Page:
Follow by Email

Monday, October 8, 2012

Unexpected Teaching Moment: Prejudice

The other night I watched West Side Story with my kids.  I love the movie and haven't seen it in years (over a decade, at least).  My kids really enjoy movies with good music, especially when there's singing and dancing involved.  Especially Spencer.  He's also getting tired of watching and re-watching his usual flicks.  So I saw it as a win-win: Spencer got to see something new, and I got to watch something that wasn't made by Pixar.

Now, let me describe for you what it's like to watch a movie with Spencer.  My son is apparently unable to process a thought silently--he verbalizes his stream of consciousness.  And there's a lot to process when watching a movie (even after he's seen it three dozen times, he still processes it as though he's never seen it before).  He's constantly asking, "What just happened?  Why did he do that?  Why are they walking?  Where are they going?  What's going to happen next?"  And so on.  I usually respond with a steady stream of, "You were watching, you saw what happened.  Just wait, and you'll see.  Watch and you'll find out."  Until I finally resort to, "Just be quiet and watch the movie, Spencer!"

West Side Story started off with the expected questions:  "Is that a playground?"  Yes, Spencer, it's a playground.  "Why are those boys in a playground?"  Because they want to be there.  "Why are they dancing?"  They just are.

And then the questions began to get a little harder.  "What are they doing to that other boy?"  They're letting him know they don't want him there.  "Why not?"  Because they don't like him.  "Why don't they like him?"  And then, before I could come up with a four-year-old appropriate answer to that question, "Who are those boys?"  They're that other boy's friends.  "Are they fighting?  Why are they fighting?"  Because those two groups of boys are enemies.  "Who are the good boys and who are the bad boys?"  Uh, they're all pretty good boys.  "Then why are they fighting?"  Because they don't like people who are different from them.  "Why not?"  Because they just don't.  "Because they're mean?"  They're mean to the people they don't like, and they're nice to the people they do like.  "But why aren't they nice to everybody if they're good boys?"  Umm, some people are like that.  And then, "Why don't they want that girl around?"  Because girls aren't allowed.  "Why not?"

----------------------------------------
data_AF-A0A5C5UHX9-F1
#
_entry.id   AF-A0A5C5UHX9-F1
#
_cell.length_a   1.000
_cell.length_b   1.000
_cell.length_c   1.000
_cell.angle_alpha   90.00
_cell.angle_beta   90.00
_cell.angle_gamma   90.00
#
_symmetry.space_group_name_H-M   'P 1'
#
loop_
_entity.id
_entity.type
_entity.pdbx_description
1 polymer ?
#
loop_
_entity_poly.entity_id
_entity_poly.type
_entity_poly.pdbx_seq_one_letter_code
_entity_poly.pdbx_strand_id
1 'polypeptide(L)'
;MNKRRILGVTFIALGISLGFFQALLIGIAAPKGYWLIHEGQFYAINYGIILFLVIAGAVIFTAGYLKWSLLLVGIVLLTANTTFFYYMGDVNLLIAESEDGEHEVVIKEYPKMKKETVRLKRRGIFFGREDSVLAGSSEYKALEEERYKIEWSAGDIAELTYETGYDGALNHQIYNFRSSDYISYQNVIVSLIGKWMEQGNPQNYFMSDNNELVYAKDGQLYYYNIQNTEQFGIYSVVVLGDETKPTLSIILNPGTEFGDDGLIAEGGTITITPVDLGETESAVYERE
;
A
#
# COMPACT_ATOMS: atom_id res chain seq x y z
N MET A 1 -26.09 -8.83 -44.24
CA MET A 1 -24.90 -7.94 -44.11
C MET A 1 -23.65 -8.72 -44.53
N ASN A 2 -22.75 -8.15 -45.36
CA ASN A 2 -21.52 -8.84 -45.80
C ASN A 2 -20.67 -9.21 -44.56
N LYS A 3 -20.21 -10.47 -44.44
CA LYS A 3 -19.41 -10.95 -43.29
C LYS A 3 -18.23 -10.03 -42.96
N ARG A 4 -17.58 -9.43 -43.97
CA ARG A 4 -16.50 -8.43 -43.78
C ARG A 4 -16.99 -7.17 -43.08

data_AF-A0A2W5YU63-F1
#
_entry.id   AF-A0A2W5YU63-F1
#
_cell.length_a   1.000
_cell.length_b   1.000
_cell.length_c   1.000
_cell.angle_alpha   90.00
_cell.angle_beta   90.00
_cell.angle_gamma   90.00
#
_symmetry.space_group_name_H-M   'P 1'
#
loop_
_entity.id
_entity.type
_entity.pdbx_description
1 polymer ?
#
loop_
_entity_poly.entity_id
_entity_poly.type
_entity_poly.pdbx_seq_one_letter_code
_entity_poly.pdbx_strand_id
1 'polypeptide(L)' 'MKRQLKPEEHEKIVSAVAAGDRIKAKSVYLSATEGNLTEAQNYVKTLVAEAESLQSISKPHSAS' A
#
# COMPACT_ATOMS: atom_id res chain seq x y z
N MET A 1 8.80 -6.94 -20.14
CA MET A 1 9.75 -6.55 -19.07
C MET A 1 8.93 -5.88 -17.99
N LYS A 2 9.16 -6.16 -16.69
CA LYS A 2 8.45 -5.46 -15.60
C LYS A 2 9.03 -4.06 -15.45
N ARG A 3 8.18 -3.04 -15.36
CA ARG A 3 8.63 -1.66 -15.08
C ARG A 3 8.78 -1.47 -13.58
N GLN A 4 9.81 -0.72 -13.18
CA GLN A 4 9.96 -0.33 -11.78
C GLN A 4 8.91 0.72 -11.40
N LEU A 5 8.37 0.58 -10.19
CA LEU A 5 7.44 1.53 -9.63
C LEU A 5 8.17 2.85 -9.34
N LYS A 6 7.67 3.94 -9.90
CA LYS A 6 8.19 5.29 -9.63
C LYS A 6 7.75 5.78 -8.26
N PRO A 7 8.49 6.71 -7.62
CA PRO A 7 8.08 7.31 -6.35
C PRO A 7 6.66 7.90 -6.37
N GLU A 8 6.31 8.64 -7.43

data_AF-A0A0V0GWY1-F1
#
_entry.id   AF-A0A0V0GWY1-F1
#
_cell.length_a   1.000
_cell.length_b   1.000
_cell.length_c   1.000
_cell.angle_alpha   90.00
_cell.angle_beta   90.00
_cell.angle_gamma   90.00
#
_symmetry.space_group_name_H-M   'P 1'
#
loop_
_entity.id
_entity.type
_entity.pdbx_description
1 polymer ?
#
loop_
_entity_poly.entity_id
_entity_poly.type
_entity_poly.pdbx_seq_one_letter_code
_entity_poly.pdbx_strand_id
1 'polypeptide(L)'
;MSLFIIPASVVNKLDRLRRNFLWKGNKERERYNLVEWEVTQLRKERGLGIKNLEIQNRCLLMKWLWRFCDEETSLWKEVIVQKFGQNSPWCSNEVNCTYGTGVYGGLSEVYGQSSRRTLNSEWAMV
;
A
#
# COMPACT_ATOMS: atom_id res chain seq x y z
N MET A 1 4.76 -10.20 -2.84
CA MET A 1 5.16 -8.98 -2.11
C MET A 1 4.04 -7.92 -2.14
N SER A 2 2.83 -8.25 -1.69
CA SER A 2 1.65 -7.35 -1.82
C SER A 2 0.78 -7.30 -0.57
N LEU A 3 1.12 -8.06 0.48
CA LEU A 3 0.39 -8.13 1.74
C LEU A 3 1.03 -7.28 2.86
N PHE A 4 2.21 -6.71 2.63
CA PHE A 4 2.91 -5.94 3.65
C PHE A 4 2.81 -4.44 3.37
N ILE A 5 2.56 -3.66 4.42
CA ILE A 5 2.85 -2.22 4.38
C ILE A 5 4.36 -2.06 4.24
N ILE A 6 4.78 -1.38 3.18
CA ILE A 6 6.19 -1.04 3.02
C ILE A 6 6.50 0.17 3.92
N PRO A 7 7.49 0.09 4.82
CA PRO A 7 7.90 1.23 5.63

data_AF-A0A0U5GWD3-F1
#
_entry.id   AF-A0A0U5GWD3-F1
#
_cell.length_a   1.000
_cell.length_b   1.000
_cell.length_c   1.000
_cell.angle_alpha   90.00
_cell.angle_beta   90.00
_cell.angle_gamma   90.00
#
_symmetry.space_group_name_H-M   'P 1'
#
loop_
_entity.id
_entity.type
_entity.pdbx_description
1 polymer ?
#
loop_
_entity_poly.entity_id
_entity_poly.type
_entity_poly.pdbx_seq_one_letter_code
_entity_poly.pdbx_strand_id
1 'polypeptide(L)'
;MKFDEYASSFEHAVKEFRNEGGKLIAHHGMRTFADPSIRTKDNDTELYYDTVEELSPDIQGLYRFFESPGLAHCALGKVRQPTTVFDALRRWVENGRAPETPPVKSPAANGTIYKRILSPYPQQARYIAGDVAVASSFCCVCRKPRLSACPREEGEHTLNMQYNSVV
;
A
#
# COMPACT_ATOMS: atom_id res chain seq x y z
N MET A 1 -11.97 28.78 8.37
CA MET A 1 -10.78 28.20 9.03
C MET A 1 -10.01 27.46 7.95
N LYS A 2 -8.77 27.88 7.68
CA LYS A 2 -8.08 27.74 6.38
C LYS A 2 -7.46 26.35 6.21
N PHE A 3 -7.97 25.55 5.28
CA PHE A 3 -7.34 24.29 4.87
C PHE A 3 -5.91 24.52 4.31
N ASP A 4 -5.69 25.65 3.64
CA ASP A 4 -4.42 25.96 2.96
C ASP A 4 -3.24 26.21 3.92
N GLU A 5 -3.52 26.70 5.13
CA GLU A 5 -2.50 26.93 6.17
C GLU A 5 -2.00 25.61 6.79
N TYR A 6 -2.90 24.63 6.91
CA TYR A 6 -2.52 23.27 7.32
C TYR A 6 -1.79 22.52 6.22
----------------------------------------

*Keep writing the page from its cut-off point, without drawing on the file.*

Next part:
And this was the first ten minutes of a two and a half hour movie.

As exasperated as I was trying to answer these questions, I loved the fact that they proved beyond a shadow of a doubt that my son doesn't understand prejudice.  He doesn't understand how people can decide to be mean or nice to someone based on their skin color or accent.  He doesn't understand why someone's gender would make them ineligible to join a certain group.  And when I tried to explain it to him, he gave me a look that clearly said, "Mom, that's got to be the stupidest thing I've ever heard you say, and that's saying something!"

And he's absolutely right.  It is stupid.  It's pointless.  It makes no sense.  And it's not a natural part of who we are.  Spencer didn't understand prejudice because he's never been taught prejudice.  He's never been taught to exclude others for arbitrary reasons, and he's never been excluded for arbitrary reasons himself (though I'm sure that day will come).  Children don't hate others until they've been told that they should, and taught how.  It may not be done intentionally, but they are very observant, and they will act the way they see the adults around them acting.  Too many adults don't think about what they're teaching the children who idolize them.

I wanted to introduce my son to one of my favorite musicals.  In doing so, I also began to teach him about the darker side of some human interactions.  He liked the music, even when I sang along.  He liked the dancing.  He thought the girls were pretty (both the Caucasians and the Puerto Ricans).  He didn't like that he had to hug me and pat my arm reassuringly at the end and say, "It's OK; everything's going to be all right" when I was crying hysterically because some people died for some really stupid reasons.  Why couldn't they all just get along?

I think we'll watch Fiddler on the Roof next.  Then I'll get to explain religious persecution to him, as well.  And sing along with more of my favorite showtunes.

No comments:

Post a Comment